I recently bought an violin and have now mixed feelings.
The violin looks gorgeous with the chin rest in place but there are strange things once it is removed.
see picts below.
The seller says that this is all fine. this is what he says an antic finish.
That's normal wear-and-tear on a violin to have bruises or missing varnish where chin rests have been attached.
it is brand new
The wear to the varnish is intentional to make the violin appear older than it is. This is done partly because players seem to want to be seen playing an older violin. It is a common practice and has been for more than 100 years.
According to you it is fine and i should keep it ?
It should not be rejected just because of the varnish.
The antiquing is very subtle if the violin is brand-new. That patch by the chinrest looks like a rather large accident. But ultimately the cosmetics of a violin are a non-consideration; play it, and decide whether or not to buy based on the sound.
the rest seems fine. only real issue, the sound post was down and is obviously made of very young spruce or any other young wood
It's not an "antic" finish. It's an antiqued finish and it looks well done. There's nothing wrong with it and you should be happy with it, especially so if you like the sound.
Need to have the sound post fitted before i can play it.
I bought this relatively expensive violin partially because i loved the 1 piece mapple, which is gorgeous. so, the look matters for me.
As the saying roughly goes, "if you want to live a happy life, don't make the most beautiful woman your wife".
What do you consider to be "relatively expensive"?
The sound post did fall during transportation
here are 2 more pics of the violin
I do not have the tools to put back the sound post in place. Thus no way to judge the sound up to now. However I fitted some Peter Infeld platin strings already. the depicted case came with the violin.
Fitting strings and tuning them without a soundpost is a very bad idea.
Well I think that's a very pretty violin. As long as you are taking it to a luthier to have it set up, I recommend you have the luthier install PegHeds or Wittner Finetune Pegs. You will love how easily your violin tunes after that.
you've got pegheads on the brain, give it a rest!!
Never, ever install and tighten strings on a violin without a soundpost in place! OMG
Yep... one good way to crack the top! On the bright side, the fracture lines might add an air of authenticity to the antiquing.
You must loosen those strings right away.
there were not thightened
Addressing all married persons here: don't let your spouse see Cotton's advice posted yesterday ;)
thanks to all for your concern. As I mentioned, the strings were not tighten. I just put them to fit the bridge
by the way, the bridge is an Aubert de luxe.
Do you have access to a luthier to set the soundpost properly???
I do live in Paris (France), so the answer is yes. A god one is located 1 mile away from home.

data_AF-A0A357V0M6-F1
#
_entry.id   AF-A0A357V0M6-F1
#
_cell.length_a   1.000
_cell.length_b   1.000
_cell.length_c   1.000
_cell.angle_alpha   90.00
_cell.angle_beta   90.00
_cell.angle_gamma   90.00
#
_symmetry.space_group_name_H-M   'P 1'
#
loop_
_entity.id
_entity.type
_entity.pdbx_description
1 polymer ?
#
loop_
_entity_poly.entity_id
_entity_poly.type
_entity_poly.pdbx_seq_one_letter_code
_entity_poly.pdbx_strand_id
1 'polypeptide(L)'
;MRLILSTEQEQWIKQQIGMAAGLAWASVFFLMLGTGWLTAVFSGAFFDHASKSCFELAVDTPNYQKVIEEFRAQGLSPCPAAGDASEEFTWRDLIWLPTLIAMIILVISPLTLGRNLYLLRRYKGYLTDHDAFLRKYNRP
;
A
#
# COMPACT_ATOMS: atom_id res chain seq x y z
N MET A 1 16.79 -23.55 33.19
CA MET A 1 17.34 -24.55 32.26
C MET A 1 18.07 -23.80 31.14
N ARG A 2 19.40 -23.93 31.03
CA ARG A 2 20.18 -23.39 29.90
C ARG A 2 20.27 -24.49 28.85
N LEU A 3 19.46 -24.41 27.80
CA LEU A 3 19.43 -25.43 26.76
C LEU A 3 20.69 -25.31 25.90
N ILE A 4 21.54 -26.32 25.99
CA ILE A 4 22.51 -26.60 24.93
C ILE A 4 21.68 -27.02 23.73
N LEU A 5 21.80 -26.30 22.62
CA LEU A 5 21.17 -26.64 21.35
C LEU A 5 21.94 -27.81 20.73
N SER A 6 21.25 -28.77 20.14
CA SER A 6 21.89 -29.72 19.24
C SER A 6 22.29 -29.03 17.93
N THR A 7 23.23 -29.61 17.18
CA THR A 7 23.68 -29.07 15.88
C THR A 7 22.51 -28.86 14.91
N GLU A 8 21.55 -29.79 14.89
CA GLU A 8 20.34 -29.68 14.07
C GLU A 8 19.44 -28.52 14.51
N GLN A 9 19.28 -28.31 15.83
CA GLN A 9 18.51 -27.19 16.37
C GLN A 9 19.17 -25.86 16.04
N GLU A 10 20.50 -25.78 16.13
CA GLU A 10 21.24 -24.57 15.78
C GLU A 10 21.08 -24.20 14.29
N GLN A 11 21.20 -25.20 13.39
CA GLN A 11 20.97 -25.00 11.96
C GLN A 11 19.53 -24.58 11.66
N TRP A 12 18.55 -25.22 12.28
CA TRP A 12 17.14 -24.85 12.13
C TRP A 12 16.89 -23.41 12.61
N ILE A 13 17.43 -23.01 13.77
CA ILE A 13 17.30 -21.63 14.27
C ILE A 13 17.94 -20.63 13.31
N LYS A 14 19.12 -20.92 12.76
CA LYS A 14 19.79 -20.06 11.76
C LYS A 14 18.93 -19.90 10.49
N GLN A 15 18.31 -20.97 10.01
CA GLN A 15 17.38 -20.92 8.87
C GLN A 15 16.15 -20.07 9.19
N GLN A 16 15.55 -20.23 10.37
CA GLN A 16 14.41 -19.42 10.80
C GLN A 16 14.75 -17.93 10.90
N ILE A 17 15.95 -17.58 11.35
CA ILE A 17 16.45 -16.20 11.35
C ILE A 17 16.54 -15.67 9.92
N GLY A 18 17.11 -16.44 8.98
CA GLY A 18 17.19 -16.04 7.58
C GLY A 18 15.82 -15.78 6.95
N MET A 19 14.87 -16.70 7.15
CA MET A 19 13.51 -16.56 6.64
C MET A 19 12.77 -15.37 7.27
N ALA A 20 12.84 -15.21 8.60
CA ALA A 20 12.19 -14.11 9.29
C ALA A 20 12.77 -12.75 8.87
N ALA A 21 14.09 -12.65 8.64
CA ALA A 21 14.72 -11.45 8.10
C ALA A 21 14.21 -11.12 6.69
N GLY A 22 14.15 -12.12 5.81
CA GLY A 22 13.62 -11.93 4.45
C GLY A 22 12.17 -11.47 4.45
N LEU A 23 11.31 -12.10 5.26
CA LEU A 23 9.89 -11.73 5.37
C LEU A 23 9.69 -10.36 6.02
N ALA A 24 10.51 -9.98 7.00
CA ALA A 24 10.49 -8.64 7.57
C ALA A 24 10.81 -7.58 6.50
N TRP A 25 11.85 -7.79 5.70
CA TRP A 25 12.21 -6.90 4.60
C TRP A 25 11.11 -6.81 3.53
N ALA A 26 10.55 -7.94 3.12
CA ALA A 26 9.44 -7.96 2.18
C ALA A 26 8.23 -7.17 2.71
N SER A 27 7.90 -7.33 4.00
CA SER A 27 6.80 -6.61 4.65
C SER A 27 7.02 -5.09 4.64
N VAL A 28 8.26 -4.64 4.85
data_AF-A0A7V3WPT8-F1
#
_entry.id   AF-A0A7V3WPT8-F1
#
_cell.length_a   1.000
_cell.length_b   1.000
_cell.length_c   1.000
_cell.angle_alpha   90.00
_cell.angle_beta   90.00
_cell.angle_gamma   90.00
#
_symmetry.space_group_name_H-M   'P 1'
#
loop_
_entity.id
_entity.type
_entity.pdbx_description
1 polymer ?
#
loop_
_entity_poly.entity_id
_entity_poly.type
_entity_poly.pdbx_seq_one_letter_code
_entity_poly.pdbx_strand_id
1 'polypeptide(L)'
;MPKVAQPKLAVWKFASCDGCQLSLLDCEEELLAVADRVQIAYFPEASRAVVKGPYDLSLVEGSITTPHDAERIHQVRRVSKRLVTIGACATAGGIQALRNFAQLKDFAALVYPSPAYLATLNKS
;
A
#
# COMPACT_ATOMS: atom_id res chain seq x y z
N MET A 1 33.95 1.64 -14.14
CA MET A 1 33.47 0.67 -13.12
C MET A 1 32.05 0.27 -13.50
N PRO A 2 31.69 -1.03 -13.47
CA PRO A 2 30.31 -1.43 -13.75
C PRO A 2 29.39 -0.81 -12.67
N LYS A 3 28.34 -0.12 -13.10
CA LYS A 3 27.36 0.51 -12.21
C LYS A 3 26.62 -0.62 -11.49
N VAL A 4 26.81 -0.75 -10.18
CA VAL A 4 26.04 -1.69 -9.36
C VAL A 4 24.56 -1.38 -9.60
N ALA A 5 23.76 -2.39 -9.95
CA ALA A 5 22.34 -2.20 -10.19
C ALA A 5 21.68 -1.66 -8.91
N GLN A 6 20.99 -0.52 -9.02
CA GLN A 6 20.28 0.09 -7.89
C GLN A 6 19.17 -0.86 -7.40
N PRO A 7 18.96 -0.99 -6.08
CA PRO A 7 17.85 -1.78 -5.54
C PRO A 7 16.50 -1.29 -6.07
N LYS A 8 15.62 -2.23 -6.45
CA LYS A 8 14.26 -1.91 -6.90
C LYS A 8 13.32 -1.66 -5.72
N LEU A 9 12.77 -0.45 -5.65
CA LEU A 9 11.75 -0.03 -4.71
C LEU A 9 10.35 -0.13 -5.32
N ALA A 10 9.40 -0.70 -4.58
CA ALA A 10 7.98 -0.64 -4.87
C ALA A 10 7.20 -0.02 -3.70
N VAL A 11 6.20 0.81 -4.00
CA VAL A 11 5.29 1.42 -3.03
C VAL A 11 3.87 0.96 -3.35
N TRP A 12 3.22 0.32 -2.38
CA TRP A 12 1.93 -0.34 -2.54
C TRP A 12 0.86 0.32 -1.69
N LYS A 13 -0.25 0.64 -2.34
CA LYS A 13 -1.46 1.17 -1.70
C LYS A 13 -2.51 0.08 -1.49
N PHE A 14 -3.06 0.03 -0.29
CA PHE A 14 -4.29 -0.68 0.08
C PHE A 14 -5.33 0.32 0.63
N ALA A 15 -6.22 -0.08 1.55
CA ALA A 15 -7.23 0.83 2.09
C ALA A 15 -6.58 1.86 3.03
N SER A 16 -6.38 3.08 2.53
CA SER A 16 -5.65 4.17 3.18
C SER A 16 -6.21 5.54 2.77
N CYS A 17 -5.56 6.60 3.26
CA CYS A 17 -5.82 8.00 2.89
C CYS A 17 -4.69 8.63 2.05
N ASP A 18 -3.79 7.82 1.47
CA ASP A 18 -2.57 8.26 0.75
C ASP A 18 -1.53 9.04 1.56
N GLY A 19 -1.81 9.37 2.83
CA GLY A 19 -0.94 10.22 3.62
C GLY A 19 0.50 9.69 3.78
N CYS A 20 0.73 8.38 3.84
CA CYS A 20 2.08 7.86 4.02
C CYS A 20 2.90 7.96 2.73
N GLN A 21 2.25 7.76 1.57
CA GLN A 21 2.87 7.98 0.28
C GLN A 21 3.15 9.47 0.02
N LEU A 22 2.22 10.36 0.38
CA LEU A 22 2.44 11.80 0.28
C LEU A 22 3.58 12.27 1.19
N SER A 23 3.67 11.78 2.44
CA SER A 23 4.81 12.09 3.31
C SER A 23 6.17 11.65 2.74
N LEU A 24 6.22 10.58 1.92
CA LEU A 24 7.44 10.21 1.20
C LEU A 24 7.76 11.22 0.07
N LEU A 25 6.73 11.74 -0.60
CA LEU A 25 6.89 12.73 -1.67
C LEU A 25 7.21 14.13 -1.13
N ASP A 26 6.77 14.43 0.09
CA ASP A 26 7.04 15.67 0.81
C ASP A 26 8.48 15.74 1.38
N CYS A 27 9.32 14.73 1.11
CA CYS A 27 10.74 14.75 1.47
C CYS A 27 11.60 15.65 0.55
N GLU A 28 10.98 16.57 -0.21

no problem then, I hope for your sake it sounds good when set up
The bridge will need to be individually fitted to the violin as well.
the bridge was already fit, its a new violin with a new bridge, the soundpost just fell over in shipping, no biggie.
its not important!!
How was bridge fitted when soundpost wasn’t... that is quite strange.
It's fairly common for a soundpost to fall during shipping whether it's Chinese or not :). The same thing happened to one of the violins I bought online. Easy to put it back in the proper place, but your luthier should also check the projection, bridge fit, nut, and fingerboard too in case the violin needs some adjustments. Hope your new violin sounds great!
The violin did not arrive from china. It travelled much less. Yes, the bridge was already carved and adjusted when i got it. It was simply in a bag for shipping
Thanks Richard, i hope so too....
I am not really able to check the fingerboard slope though.
in case you guys want to comment. Here are a few more pics of the instrument.
A single post usually sounds better. ;-)
1 is clearly better than none... 2 might be a bit too much
Wasn't there a landslide of patents for double-post and double-bass-bar violins around the turn of the 20th century? I wonder who owns the idea now.
Bridge looks fine to me. Instrument looks great. Let’s hear about the sound.
next week when the sound post will be in place. Need to get to the Luthier. Could not do that today. No chance tomorrow (Sunday)
@ Cotton - if patents were made at the beginning of the 20th century, they are likely long-expired.
The wood is extraordinary! and the camerawork is excellent; what kind of camera did you use?? Can you tell us who made the violin?
Has anyone actually tried two sound posts?
Antiquing. I noticed with amusement pictures of a new Ming Jiang Zhu 907 and a 909 and both appeared to have the same antiquing in the same places.
Paul, I'll bet everything imaginable has been tried. When I was working in the Weisshaar shop, we ran across a cello with three bass bars. We nicknamed it the Goldilocks cello (after Goldilocks and the three bars). ;-)
Gordon, you joker. Someone's going to ruin a perfectly good strat-o-various trying that.
"what kind of camera did you use?" It says right on the photos, shot on Mi 9T Pro (i.e. Phone) camera.
I can't Say that shooting took me much Time. Maybe 3 min in total for all pics
And yes i used my chinese phone to take thé pics
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